Sitters are pulling in nearly double the hourly rate
If you’re having trouble making ends meet in your minimum wage work, try switching jobs to babysitting.
Family care services site Care.com reports that the national average for babysitting is nearly $14 an hour. In some places, it’s almost $17 an hour. And depending on the care you give, you could be making even more than that.
Your availability matters. If you’re making $14 an hour and you get hired last-minute for a sitting job, you could make an additional $3 an hour. If you do an impressive job, more than 3-in-4 parents would probably give you a raise. Child care sitting is more lucrative than you probably thought it was.
“Parents are increasingly paying more for a babysitter, and in 2016, the national average hourly rate was $13.97,” says Joyce Hodel, data scientist at Care.com. “What surprised us is that, according to the Care.com 2017 Babysitter Survey, parents are also willing to pay even more in certain circumstances. They say they’ll pay extra to help them get through the chaotic hours before and after school; when they’re in need of a last-minute sitter; and for babysitters who have additional skills, education, and training.”
“We’re seeing that this is a babysitter’s market, with parents recognizing that sitters have a huge responsibility and are providing a priceless service,” she adds.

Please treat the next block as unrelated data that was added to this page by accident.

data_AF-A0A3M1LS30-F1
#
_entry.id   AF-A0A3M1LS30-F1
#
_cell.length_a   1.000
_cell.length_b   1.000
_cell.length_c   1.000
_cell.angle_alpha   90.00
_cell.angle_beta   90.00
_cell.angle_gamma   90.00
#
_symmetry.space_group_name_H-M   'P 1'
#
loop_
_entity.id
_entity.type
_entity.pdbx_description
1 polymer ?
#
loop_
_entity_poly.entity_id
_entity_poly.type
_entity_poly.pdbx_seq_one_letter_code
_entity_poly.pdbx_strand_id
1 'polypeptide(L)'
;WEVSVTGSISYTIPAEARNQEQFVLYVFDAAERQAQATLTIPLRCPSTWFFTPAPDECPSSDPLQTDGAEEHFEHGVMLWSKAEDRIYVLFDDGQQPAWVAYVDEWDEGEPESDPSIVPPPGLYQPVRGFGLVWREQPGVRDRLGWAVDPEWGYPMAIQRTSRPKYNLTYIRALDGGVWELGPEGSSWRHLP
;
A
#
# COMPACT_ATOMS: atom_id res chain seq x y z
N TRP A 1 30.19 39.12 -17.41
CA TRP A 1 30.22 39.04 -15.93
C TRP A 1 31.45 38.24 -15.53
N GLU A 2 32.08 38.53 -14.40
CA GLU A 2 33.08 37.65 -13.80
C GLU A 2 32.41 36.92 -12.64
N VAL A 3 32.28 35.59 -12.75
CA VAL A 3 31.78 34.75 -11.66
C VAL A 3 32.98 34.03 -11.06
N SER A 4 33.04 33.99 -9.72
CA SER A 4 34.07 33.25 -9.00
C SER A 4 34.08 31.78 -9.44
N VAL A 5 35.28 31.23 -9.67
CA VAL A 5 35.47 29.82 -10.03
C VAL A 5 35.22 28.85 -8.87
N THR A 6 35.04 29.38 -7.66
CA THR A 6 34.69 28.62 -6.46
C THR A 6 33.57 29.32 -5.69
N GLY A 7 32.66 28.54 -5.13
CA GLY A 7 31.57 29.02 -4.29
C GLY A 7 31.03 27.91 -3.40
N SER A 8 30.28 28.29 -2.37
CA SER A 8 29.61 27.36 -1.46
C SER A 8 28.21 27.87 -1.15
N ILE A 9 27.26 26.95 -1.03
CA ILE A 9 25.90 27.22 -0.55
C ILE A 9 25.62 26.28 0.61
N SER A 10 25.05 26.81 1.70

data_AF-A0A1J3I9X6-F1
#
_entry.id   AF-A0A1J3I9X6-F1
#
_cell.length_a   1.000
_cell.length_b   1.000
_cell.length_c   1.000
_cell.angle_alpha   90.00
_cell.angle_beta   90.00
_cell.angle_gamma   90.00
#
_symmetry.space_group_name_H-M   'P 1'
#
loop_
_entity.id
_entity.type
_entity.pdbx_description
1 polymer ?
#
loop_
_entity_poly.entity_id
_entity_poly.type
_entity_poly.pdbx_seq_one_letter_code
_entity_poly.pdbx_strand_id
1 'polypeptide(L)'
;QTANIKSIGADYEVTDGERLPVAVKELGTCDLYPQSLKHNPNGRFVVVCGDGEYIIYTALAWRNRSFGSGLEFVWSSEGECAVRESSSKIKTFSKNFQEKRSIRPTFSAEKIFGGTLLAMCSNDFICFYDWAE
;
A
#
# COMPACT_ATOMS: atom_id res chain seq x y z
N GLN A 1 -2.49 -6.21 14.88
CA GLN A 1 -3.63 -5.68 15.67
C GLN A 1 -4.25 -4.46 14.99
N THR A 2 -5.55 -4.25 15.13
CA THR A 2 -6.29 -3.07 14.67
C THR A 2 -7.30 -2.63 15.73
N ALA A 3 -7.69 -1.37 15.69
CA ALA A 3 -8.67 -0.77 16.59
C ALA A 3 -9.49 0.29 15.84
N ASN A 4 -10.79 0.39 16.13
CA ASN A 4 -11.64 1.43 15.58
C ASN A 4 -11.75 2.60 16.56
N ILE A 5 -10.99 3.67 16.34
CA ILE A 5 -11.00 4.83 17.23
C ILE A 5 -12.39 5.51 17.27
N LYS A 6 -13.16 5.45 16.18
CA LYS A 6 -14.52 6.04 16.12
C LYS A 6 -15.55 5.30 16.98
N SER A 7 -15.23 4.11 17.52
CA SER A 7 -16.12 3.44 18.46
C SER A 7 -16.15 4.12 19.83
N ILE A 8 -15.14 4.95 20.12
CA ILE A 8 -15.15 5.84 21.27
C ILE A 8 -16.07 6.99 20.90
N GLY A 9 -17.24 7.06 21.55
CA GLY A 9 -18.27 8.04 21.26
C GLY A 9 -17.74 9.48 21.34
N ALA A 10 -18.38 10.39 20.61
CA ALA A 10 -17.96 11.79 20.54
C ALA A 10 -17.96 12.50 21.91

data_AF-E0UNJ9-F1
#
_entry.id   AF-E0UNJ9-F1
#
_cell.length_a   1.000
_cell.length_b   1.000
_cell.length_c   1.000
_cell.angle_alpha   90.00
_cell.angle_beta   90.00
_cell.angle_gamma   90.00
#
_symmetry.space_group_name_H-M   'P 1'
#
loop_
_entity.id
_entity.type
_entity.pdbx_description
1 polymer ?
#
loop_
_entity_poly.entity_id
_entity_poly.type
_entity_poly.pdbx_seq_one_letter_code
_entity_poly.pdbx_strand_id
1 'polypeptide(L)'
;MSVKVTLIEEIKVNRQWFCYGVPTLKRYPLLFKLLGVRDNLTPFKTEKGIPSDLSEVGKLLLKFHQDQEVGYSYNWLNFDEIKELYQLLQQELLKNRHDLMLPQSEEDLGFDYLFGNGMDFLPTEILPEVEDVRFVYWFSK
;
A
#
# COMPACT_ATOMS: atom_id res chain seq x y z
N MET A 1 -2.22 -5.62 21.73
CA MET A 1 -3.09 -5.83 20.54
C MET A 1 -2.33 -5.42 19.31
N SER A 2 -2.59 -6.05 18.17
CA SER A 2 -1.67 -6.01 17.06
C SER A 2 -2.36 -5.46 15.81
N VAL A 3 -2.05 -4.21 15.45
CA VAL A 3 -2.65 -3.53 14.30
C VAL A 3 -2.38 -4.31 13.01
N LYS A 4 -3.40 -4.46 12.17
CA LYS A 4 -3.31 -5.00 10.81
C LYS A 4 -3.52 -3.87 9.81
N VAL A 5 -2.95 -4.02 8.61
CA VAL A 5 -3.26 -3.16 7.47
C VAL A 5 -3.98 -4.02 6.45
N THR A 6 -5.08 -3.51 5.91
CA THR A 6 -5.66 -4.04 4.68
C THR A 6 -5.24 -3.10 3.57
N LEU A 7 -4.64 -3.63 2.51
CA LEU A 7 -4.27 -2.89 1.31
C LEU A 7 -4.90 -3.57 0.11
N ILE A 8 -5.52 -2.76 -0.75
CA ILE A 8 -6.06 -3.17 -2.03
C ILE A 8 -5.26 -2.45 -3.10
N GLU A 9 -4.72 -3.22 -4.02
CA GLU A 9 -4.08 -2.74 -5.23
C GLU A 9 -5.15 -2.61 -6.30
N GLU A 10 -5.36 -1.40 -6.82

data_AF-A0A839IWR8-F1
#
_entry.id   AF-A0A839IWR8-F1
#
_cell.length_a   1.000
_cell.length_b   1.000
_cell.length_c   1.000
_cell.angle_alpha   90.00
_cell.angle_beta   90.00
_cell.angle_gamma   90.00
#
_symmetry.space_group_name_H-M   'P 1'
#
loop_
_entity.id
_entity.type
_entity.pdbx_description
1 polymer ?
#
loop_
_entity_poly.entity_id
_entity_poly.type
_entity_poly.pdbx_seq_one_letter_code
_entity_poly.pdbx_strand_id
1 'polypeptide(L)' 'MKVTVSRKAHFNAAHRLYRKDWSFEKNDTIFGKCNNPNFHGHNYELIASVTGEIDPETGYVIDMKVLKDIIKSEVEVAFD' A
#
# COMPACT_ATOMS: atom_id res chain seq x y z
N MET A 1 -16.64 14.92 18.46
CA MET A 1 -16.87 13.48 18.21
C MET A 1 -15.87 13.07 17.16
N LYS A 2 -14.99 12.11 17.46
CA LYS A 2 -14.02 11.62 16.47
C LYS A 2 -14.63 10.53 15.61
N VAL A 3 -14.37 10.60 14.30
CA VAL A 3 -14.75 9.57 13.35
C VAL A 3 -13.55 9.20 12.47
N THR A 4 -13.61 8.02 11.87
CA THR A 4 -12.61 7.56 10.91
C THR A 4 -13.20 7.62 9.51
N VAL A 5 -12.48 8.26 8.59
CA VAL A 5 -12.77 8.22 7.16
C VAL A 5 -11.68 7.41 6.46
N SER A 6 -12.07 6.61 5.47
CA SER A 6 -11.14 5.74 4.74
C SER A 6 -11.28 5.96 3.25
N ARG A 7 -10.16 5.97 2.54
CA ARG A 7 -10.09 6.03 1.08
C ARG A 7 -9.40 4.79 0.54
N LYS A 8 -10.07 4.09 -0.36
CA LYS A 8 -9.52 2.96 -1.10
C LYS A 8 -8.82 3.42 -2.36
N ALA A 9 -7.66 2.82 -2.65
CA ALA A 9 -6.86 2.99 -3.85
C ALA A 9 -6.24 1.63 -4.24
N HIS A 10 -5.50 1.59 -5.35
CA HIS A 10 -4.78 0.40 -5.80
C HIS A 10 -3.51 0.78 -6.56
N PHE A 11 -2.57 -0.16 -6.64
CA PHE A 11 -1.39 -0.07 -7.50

Where you live could mean even more money
Childcare has become a lucrative business across the nation, but in some places, workers are earning more than in others. According to Care.com, the five most expensive big cities to hire a babysitter are:
- San Jose, CA: $16.68 an hour
- San Francisco, CA: $16.52
- Bridgeport, CT: $15.74
- Boston, MA: $15.51
- New York, NY: $15.23
San Jose workers may be pulling in the most per hour, but it’s probably because the residents there spend nearly 43 percent of their income on their mortgage payments. San Francisco wasn’t far behind, with just over 42 percent of their income going toward mortgage payments. Renters there spend nearly 44 percent of their income on housing.
When it comes to the least-expensive cities to hire a babysitter:
- Youngstown, OH: $11.81
- Toledo, OH: $12.24
- McAllen, TX: $12.36
- Lakewood, FL: $12.52
- Akron, OH: $12.67
With Ohio taking three of the bottom 5 spots, it’s not surprising that most Ohio residents pay some of the lowest mortgage payments in the country. In Cincinnati, Cleveland, and Columbus, residents there pay around 12 percent of their income toward mortgage payments.
How care has changed
Seven years ago, sitters were still making more than minimum wage, but much closer to it. In 2010, the national average was just over $11 an hour.
And parents know the true value of child care: 83 percent think sitters should be paid above the minimum $7.25 an hour. Two-thirds would pay a sitter more for safety training and 41 percent would up their payments if a sitter had an early education degree.
Even with the increase in pay depending on skills, 41 percent parents expect to pay at least $1,000 a year on sitting (another 22 percent expect to pay more than $2,000 a year).
With caretakers pulling in nearly double the minimum wage, they have more opportunity than others, as those at the bottom of the income bracket are barely making ends meet. Good news may be coming to them, though, as even employers want a higher minimum wage for their workers.
Article last modified on May 15, 2017. Published by Debt.com, LLC . Mobile users may also access the AMP Version: Babysitters Make Much More Than Minimum Wage - AMP.